EDITORIAL: Rethinking Outside Sales
Blacksmiths. Milkmen. Gas station attendants. These are only a few examples of occupations once integral to everyday life but that exist no longer or only in truncated fashion. Some people say that’s the fate of the outside salespeople working for today’s PHCP distributors.
It’s too simplistic to say their jobs will disappear. Most distributors continue to employ an outside sales force and will for the foreseeable future. The key issue is whether their roles are changing with the times, or whether they continue to operate like they did in the 20th century, filling their days with a lot of “courtesy calls” on customers who no longer have the time to indulge in chit-chat.
Drop-in sales calls cost too much for distributors, and increasingly are seen by customers as a waste of time. Key information can be obtained and routine orders handled more efficiently with a phone call, fax or e-mail to a distributor’s inside sales staff. Top-notch salespeople increasingly need to channel their talents into troubleshooting and business development to serve the changing needs of both customers and their employers.
Adam Fein of Pembroke Consulting identified “customer self-service” as one of the major distribution trends in his “Facing the Forces of Change” book authored for the National Association of Wholesaler-Distributors. He notes that distributor customers increasingly want to save time via e-mail and accessing information online rather than in face-to-face encounters with a sales rep.
Consultant Scott Benfield has calculated the long-term cost for a distributor to maintain an e-commerce presence to be between .1% to .3% of sales (note the decimal points). This compares to an inside and outside sales presence of 7% to 9% of revenues. These differences compute to thousands of percent.
Benfield’s numbers coincide with data mined by ASA’s annual Operating Performance Report, which typically shows selling expenses as ranging between 6% and 9% of sales for member firms - tending towards the lower end for plumbing suppliers, higher for PVF and HVAC distributors. That’s $60,000 to $90,000 wrapped up in the selling function for every million dollars in revenue. Under relentless pressure to reduce transactional costs, distributors can’t help but zero in on this large expenditure.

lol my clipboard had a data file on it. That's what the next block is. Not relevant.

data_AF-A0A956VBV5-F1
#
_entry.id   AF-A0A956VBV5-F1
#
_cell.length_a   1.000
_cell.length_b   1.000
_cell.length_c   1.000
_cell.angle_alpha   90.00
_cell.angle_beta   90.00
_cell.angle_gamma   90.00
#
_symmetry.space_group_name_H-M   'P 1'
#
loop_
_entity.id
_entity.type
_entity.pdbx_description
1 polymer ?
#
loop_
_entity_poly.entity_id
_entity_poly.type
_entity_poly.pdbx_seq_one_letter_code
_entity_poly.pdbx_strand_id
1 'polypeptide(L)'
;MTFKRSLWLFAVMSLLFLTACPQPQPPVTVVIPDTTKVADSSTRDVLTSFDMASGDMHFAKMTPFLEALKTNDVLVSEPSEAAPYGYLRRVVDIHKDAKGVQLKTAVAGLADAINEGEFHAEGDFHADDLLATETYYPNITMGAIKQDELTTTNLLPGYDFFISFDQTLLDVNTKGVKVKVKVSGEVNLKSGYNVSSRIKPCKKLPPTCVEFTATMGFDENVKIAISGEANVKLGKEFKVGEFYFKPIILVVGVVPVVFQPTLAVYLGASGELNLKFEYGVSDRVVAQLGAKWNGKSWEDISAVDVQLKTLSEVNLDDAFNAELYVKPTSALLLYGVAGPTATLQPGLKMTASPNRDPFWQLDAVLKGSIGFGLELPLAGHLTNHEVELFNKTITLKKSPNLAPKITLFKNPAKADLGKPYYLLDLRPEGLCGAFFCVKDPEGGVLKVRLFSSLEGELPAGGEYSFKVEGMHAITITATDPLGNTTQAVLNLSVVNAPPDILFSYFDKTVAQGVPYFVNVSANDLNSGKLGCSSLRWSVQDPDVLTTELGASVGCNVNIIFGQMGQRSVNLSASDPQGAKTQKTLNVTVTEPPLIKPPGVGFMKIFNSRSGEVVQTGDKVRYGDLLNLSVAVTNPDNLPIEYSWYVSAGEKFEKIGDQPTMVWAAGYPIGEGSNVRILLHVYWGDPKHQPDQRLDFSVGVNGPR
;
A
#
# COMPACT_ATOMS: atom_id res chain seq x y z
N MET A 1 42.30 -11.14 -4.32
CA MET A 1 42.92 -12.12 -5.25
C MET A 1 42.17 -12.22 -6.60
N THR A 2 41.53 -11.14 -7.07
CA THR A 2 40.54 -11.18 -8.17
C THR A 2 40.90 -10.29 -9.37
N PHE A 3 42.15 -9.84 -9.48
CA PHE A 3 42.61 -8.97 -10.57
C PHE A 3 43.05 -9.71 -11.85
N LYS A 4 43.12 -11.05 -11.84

Some skeptics will howl, “Let the competition cut their sales force. That plays right into our advantage in delivering personal service.”
They may be right. It can be a wise business strategy to go against the grain. If everyone else is cutting back, boosting one’s outside sales effort could be the way to go. Some customers will never turn their back on the good buddies who call on them, even if it costs a little more to do business with them.
But these are exceptions rather than the rule. Traditional ways of doing business are bending past the breaking point from hurricane-force winds of change.
Remember how annoyed all of us were with automated phone systems 10 years ago? Haven’t most of us pretty much made peace with the fact that this is how the business world operates? So it is with the transition from face-to-face encounters to phone and e-mail communication. Some field visits will always be necessary, of course. But they will be reserved for key negotiations, troubleshooting and other critical situations. Outside salespeople will not disappear, but they are likely to become fewer in number and with elevated business development skills.
Order taking must give way to drumming up new business. This means bringing in new customers and revenue streams, and figuring out ways to extract more market share from existing customers. Prospecting has always been among the duties of an outside sales rep, but traditionally it’s been something done to fill time between those courtesy calls on regular customers. In today’s world, it needs to be a focal point of sales effort. A half hour of research on the Internet is likely to turn up more hot prospects than a day spent burning a tank of gas on cold calls.
The business development process may also translate to more contacts with specifiers and end users. Manufacturers reps have seen their business evolve in this direction over the years. Most tell me they don’t spend nearly as much time in supply houses as they did years ago, but a lot more with downstream influences. Wholesaler salespeople may need to spend more time with their customers’ customers as well.
The good news for sales reps is that their talents will always be in demand. It’s just a question of channeling them in productive directions.